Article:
American painter, sculptor and printmaker Tom Wesselmann (1931-2004) is widely regarded as one of the leading figures of American Pop Art. Haunch of Venison
London presents 'Tom Wesselmann: Works 1958-2004', the most extensive exhibition of his work to date in the UK. The exhibition brings together a selection of major paintings and drawings from across his career. Spanning four decades, the show will examine the evolution of Wesselmann's style, revealing his openness to a range of subject matter, scale and media. Tom Wesselmann had planned to become a cartoonist but, while a student at the Cooper Union, the powerful work of Willem de Kooning provided both inspiration and inhibition as he attempted to find a new direction centred around a tangible subject. He rejected abstract expressionism in favour of the classical representations of the nude, still life, and landscape. He created collages and assemblages incorporating everyday objects and advertising ephemera in an effort to make images as powerful as the abstract expressionism he admired. Among the works in the exhibition are several of Wesselmann's iconic paintings, from the 'Great American Nude' series which he began in 1961, including 'Great American Nude #53' (1964) an accentuated and sensual nude study against the background of a typical American interior.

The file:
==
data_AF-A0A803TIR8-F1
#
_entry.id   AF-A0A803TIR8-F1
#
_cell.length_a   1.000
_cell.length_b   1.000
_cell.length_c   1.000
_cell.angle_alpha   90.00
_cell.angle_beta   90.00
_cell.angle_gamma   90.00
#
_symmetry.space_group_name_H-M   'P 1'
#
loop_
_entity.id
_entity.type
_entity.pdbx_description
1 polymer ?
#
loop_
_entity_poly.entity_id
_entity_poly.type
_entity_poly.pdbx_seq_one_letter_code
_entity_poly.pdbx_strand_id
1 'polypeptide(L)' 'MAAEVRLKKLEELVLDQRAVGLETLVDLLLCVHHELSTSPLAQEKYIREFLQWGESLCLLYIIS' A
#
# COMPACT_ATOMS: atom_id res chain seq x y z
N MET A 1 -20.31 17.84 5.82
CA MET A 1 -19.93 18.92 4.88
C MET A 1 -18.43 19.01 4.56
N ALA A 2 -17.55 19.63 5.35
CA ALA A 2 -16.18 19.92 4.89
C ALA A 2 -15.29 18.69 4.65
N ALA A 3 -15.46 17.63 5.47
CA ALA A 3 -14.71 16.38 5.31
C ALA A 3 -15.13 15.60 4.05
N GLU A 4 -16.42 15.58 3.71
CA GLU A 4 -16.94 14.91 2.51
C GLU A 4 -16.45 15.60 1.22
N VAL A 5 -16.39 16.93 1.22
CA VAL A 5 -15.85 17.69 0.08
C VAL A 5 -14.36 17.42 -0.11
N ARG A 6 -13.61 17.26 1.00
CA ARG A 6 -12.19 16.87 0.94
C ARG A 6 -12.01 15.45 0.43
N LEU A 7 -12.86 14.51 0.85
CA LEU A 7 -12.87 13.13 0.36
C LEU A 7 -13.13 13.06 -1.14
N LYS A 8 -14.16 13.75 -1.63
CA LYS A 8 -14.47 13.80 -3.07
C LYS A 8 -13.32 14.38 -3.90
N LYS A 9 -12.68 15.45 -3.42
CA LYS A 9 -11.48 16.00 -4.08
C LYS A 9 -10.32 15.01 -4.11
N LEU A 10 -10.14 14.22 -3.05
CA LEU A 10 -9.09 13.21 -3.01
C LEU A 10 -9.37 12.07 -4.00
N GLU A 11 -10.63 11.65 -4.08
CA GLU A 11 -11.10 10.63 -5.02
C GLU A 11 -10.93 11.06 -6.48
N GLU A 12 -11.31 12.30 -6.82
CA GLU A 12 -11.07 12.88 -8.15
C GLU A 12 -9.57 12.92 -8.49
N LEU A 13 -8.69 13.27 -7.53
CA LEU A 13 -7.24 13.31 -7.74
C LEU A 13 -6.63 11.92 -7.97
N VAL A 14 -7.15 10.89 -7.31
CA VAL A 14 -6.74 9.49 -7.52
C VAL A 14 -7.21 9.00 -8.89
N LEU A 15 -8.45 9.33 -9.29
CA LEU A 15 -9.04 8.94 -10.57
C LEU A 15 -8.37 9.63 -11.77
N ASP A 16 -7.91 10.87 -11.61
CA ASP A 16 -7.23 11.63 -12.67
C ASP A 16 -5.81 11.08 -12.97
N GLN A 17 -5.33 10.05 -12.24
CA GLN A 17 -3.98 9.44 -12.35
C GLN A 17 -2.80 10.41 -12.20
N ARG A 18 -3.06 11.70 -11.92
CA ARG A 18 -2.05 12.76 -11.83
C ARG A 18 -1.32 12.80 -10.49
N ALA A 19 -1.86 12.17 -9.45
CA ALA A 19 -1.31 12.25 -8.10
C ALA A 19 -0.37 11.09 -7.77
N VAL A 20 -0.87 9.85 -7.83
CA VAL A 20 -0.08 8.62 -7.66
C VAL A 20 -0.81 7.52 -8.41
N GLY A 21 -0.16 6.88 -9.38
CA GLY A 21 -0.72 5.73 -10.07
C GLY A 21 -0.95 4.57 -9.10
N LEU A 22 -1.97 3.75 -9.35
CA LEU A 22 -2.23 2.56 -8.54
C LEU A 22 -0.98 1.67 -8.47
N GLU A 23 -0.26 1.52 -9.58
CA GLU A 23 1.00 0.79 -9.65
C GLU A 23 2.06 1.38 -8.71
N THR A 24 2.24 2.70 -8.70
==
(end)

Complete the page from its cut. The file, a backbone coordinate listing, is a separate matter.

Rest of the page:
In the 1970s, Wesselmann continued to explore the ideas and media which had preoccupied him during the 1960s. Most significantly, his large 'Standing Still Life' series, composed of free standing shaped canvases, showing small intimate objects on a grand scale. He made 'Still Life #59' (1972), a canvas of five panels that form a large, complex dimensional, freestanding painting: here too the elements are enlarged, and part of a telephone can be seen. A nail-polish bottle is tipped up on one side, and there is a vase of roses with a crumpled handkerchief next to it, and the framed portrait of a woman, actress Mary Tyler Moore whom Wesselmann considered as the ideal prototype girlfriend. In 1980 he embarked on the 'Bedroom Painting' series, in which elements of the 'Great American Nude' and 'Still Lifes' were juxtaposed. With these works Wesselmann began to concentrate on a few details of the figure such as hands, feet, and breasts, surrounded by flowers and objects. He continued exploring shaped canvases (first exhibited in the 1960s) and began creating his first works in metal. In 'Bedroom Face with Lichtenstein' (1988/9) he instigated the development of a laser-cutting application, which would allow him to make a faithful translation of his drawings in cut-out metal at a larger scale. For Wesselmann, "it was like a miracle, to be able to hold this unit of spidery lines, as though it were a drawing that had just been picked up by the lines and removed, intact, from the paper." The exhibition will also feature works from the 1990s and early 2000s which saw Wesselmann creating abstract three-dimensional images that he described as 'going back to what I had desperately been aiming for in 1959'. He had indeed come full circle. In his final years he returned to the female form in his Sunset Nudes series of oil paintings on canvas, whose bold compositions, abstract imagery, and sanguine moods often recall the odalisques of Henri Matisse.